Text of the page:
I experienced it first hand with Crimson Hexagon, a very powerful technology yet the results too often did not live up to expectations when I worked with it (I can speak for myself here – so I’m perfectly within my rights) – it may be the setup was wrong or hastily done (working in an PR environment at the time, that did not allow for the right setups of Crimson in the first place, or it may be that people were of the understanding Crimson Hexagon was not in sync with the reality of what that platform delivers – or a little of both).
It really doesn’t matter – the end result is what people see – and if the rest of the technology is dismissed, even when it should not be. That’s just how it is and how people judge – and it’s a strong argument against licensing the technology to the wrong people (I’m not talking about me, BTW, because of the policy of licencing out Crimson Hexagon, I got enough hands on experience to form and opinion - I doubt anything they have come up with lately would change it. However, if people get better at configuring using the platforms, perhaps results will improve enough down the line) for those who can not yet work effectively with these emerging technologies.
I also don’t see many companies willing to commit to and pay for the kinds of configuration setup, custom taxonomy setup, etc, that would make these technologies really useful. On the other hand, I can see the need for the platform developers such as Crimson Hexagon and OpenAmplify, to try to get marketers to use their platforms more widely. Certainly implementations like this one at Poblash.org are interesting though I don’t know what to do with it (the information).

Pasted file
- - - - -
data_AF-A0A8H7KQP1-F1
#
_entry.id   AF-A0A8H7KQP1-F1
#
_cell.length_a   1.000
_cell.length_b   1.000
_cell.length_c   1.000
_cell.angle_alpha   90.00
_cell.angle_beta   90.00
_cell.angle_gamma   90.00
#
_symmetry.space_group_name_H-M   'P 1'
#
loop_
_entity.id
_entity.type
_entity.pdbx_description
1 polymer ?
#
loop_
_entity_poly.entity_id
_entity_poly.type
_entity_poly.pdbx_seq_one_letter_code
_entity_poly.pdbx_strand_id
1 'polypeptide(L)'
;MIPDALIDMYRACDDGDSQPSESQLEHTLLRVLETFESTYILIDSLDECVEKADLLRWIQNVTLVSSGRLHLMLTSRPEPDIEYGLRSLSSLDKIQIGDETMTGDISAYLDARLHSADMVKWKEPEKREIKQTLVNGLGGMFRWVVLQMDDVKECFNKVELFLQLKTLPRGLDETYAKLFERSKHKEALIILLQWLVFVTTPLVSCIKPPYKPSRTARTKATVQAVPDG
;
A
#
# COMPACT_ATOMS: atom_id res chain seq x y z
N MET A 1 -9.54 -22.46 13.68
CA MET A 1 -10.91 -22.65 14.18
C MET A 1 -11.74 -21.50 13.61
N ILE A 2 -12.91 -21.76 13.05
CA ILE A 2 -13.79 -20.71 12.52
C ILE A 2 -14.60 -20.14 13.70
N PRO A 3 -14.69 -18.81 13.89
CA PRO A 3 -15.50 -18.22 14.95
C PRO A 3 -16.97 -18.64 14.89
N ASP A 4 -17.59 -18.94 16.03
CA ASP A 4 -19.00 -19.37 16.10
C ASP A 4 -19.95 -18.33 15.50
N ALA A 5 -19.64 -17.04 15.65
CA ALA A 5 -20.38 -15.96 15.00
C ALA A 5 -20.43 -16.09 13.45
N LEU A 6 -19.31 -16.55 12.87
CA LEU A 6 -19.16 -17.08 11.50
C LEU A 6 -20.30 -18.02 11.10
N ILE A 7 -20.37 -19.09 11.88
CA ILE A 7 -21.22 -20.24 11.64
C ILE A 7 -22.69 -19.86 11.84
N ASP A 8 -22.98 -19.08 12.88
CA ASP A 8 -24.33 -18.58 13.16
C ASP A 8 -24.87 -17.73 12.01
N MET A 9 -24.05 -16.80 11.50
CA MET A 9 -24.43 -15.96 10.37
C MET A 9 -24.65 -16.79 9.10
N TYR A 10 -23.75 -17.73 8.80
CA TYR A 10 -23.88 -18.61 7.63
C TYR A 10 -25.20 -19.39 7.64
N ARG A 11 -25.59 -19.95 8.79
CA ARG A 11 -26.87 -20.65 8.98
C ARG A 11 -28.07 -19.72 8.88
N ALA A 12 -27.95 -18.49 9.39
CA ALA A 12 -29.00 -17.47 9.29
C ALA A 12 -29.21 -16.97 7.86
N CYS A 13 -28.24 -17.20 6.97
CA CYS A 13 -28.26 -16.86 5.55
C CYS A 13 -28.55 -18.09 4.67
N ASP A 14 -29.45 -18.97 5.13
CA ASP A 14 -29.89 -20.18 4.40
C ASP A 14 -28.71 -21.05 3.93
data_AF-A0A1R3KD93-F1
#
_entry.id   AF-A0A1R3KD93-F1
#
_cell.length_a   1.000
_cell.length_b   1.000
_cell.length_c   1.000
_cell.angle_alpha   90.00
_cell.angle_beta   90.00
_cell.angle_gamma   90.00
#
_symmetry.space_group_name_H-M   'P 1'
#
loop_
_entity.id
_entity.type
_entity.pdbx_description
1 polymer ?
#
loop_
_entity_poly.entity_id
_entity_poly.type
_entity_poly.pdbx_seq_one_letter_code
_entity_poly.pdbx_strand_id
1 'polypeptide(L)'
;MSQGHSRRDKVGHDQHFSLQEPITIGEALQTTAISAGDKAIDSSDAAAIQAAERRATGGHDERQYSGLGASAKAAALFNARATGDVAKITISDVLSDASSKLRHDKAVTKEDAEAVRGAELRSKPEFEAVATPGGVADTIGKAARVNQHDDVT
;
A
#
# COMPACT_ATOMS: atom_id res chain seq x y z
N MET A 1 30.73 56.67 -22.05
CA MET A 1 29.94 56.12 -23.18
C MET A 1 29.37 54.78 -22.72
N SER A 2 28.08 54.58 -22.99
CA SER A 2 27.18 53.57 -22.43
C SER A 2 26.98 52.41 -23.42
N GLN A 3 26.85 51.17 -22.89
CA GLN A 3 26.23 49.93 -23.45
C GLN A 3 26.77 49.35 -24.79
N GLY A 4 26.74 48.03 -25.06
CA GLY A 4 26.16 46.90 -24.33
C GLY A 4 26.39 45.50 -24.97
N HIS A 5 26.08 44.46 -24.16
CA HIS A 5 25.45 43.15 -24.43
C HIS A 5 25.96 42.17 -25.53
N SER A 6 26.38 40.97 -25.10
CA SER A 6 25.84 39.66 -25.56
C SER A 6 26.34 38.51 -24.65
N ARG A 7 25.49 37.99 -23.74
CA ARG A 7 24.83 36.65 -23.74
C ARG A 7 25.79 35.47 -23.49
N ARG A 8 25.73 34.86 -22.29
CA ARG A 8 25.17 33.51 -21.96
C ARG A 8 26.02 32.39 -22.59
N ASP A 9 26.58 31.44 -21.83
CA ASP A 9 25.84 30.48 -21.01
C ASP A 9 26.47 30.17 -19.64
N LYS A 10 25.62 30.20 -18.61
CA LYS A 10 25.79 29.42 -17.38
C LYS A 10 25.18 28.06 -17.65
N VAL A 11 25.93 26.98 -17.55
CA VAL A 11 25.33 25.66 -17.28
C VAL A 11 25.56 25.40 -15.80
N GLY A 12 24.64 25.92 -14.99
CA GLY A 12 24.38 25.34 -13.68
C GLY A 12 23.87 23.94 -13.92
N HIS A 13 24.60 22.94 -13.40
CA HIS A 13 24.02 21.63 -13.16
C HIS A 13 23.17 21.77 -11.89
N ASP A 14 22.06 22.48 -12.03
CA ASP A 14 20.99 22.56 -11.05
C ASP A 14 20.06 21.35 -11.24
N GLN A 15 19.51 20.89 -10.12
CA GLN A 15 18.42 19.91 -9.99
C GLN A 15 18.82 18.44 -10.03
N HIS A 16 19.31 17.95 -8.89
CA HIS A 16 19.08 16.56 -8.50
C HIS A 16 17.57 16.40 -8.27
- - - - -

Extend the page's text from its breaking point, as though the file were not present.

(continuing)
A more interesting implementation of OpenAmplify is around the London Olympics, but I’m still struggling with what to do with the information.
It’s an art to figure out how to take information collected off the web and decide it’s uses and map it in an interface that actually allows one to act on it. I don’t know if we’re there, yet.
We need to think more carefully when we employ technologies like Crimson Hexagon and OpenAmplify, the setup really is crucial as well as the concept of what the results are supposed to convey.
Right now there is so much experimentation going on, to see “what sticks” that it many be difficult to know just what time is needed to set these platforms up effectively; I know, I wrote a book on it.
I wonder if the attraction to this type of technology is more about an “aura” it lends to firms that start these projects then the actual results achieved – I suspect much of the talk about the potential of semantic platforms is still full of marketing hype – the potential results sound exciting – but the actual results aren’t yet (exciting) enough to get all worked up about them. But they could be, if the best setups were done with more thought and time, they would be.
The good point here is that semantic tools are evolving quickly, but based on what I’m seeing (and look, I don’t see every thing, so I’m happy to be corrected on this point) these technologies are far from being ready for prime time in current marketing environments; a lot of customization is needed to make it work well.
I think shortcuts to a customized taxonomy will probably not work well enough for what most people are expecting, yet. One short cut available today is within Radian6 Insights; the OpenAmplify/Radian6 Insight offers the business user generalized taxonomies applied to a River of News with a Topic Profile. You can not build your own taxonomy in OpenAmplify today, and then run it in Radian6 Insights, a real pity as that would have made OpenAmplify + Radian6 more powerful.
The idea of OpenAmplify+Radian6 is sexy, interesting and even intriguing - but lets look at the results and the reader can judge for themselves.